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Alberta city at odds with homeless outreach group as camp conditions worsen

'They are trying to kill us'

An outreach worker and a nurse lean over an orange mesh fence to speak to a woman on the other side as tents flap in the cold wind at a homeless camp in Central Alberta.

Someone is in trouble. He's described as bloated, purple and losing consciousness. Workers with the Open Door Association risk being fined if they enter the camp, which was set up in August on a plot of land owned by the City of Wetaskiwin.

One of the workers calls for an ambulance. They debate whether or not to jump the fence.

Wetaskiwin's only emergency housing shelter, the Open Door 24/7 Integrated Response Hub, was closed after the city terminated its lease.

Its clients then set up camp outside a local food bank. The city shut that down, too, and agreed to move the vulnerable population to land behind a Walmart on the city's outskirts.

While some health workers and community members can access the camp, the city singled out Open Door as not being allowed to provide on-site support.

In mid-September, Alberta Health Services notified the city that the encampment, where about 60 people sleep each night, did not meet minimum housing standards under the Public Health Act.

The health agency directed the city to provide lighting and a plan to deliver firewood. The city said neither was possible, but agencies would be allowed to deliver wood from the landfill.

A senior employee with AHS, who asked not to be named, described the site as "worse than a refugee camp."

There is no running water. Two portable toilets are close to overflowing. Trash and belongings are scattered. Tents are tethered to the ground with shards of wood and COVID-19 poses a constant threat.

As the sun lowers, people huddle together around fire pits. Some burn whatever they can find — cardboard boxes and trash. It's cold and expected to get colder. Temperatures dip to below 0 C overnight.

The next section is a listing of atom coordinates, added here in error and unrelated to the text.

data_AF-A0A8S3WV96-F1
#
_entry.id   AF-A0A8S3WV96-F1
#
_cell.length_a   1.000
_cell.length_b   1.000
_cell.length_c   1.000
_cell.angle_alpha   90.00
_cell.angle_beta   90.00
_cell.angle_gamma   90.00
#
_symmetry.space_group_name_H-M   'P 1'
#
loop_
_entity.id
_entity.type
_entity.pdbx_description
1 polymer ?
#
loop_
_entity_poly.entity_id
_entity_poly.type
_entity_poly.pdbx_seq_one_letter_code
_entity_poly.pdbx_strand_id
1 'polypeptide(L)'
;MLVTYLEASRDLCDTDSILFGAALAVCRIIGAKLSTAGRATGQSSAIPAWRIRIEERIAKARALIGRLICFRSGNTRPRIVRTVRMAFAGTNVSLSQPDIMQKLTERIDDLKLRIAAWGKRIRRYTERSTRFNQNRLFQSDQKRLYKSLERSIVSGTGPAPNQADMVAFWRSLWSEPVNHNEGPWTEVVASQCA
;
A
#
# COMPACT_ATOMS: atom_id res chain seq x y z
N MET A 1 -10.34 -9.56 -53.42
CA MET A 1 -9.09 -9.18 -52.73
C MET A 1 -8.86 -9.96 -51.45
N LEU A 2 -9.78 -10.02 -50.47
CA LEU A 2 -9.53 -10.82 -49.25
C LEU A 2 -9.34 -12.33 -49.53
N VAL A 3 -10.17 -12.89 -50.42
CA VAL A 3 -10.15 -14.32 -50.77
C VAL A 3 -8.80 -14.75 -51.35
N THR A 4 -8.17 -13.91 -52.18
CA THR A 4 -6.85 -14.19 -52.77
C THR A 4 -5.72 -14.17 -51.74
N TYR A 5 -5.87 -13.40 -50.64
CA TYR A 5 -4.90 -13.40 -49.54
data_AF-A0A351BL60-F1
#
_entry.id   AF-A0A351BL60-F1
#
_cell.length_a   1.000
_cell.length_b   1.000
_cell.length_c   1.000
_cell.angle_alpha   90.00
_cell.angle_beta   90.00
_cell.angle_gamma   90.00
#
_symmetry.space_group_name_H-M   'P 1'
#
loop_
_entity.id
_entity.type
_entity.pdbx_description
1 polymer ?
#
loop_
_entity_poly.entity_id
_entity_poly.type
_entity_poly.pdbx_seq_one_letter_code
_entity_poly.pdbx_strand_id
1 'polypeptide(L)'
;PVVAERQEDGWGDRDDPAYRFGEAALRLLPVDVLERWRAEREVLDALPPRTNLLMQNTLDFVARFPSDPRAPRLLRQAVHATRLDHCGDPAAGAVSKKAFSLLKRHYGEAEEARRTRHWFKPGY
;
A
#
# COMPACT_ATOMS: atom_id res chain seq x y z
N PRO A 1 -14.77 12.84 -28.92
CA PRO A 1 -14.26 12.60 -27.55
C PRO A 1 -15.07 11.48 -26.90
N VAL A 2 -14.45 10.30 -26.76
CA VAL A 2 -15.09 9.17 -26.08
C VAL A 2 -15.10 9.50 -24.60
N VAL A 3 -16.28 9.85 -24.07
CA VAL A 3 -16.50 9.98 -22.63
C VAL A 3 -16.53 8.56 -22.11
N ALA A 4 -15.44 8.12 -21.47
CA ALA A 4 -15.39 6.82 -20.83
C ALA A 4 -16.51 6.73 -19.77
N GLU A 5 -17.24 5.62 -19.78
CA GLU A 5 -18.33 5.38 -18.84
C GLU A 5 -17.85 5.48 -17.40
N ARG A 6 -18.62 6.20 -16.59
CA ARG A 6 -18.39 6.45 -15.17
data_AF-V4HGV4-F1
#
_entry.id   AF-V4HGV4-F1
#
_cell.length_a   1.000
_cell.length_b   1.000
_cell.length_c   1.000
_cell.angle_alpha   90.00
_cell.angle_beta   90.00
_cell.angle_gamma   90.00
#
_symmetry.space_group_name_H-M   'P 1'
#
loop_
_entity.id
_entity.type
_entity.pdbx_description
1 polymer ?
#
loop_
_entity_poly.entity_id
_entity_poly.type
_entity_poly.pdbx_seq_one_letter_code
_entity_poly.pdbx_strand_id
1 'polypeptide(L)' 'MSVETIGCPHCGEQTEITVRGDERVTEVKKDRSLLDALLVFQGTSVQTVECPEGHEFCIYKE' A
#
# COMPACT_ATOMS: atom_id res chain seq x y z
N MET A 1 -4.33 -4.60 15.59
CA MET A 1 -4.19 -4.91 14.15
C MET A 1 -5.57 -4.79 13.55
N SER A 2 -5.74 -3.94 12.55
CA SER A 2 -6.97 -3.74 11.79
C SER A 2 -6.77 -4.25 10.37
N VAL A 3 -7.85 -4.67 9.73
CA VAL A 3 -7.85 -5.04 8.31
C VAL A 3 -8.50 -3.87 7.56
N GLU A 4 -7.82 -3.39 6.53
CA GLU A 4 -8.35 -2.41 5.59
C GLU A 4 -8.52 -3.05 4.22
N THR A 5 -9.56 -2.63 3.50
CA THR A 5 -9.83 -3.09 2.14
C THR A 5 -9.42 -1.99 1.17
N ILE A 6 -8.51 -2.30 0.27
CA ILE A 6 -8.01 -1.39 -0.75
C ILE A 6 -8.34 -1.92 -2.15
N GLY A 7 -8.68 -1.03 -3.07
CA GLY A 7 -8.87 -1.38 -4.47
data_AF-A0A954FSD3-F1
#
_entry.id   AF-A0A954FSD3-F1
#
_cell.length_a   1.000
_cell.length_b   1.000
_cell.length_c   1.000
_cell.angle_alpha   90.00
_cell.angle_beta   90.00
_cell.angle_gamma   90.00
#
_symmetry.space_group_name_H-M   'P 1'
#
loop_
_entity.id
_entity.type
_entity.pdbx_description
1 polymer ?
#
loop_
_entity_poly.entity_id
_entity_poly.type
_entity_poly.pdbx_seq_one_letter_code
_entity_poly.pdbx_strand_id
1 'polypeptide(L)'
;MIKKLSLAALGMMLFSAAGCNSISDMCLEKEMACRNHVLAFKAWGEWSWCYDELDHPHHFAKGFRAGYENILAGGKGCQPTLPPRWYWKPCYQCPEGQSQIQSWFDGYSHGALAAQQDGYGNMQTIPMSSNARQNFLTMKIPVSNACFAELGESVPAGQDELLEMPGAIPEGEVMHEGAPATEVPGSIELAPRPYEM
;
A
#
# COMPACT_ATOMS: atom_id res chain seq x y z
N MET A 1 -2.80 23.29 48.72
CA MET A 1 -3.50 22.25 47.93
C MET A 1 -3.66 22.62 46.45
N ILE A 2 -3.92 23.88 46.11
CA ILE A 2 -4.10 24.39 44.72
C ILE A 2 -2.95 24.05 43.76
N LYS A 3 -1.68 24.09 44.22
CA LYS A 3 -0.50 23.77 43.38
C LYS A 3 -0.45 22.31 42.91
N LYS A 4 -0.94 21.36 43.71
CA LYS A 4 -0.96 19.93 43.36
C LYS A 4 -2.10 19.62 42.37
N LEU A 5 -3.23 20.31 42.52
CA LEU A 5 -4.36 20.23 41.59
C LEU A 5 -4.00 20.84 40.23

"They are trying to kill us," said Kristen Anderson, 41, who lives in one of the tents. "I know that's a blunt word, but there has already been people who have passed away in this camp."

Since the camp was erected, Open Door executive director Jessica Hutton said four clients have died. One died by suicide on the nearby train tracks. Two died from untreated medical conditions and another overdosed on drugs.

When Open Door opened the Hub in a downtown civic building last November, it provided a range of services including medical care, housing and addictions supports, food and shelter. Its data shows about 74 per cent of clients were Indigenous with complex medical needs.

Wetaskiwin Mayor Tyler Gandam said council voted to close the shelter after receiving complaints from residents and businesses about crime, open alcohol, drug use and assault.

He said Open Door failed to mitigate harms to the community. The city now refuses to work with the association and its workers will be ticketed for trespassing if they go in the camp.

Hutton did not say if staff have entered the camp, but said none have been ticketed yet. She added the city's concerns are exaggerated.

AHS spokesman Kerry Williamson said the health authority is part of a group focused on finding solutions for the homeless in Wetaskiwin, but it does not direct municipal legislation.

In a video of a special council meeting about homelessness on Aug. 19, one Wetaskiwin councillor said he wants to know what other communities unhoused individuals are coming from.

"I feel we're opening the door to 'hey free food, free party in Wetaskiwin — let's go,'" said Coun. Joe Branco.

Gandam said the city hopes to secure provincial funding to open a warming shelter when winter comes.

Justin Marshall, press secretary to Alberta's minister of community and social services, did not say whether funding has been secured but that progress has been made to "advance a solution for shelter services."



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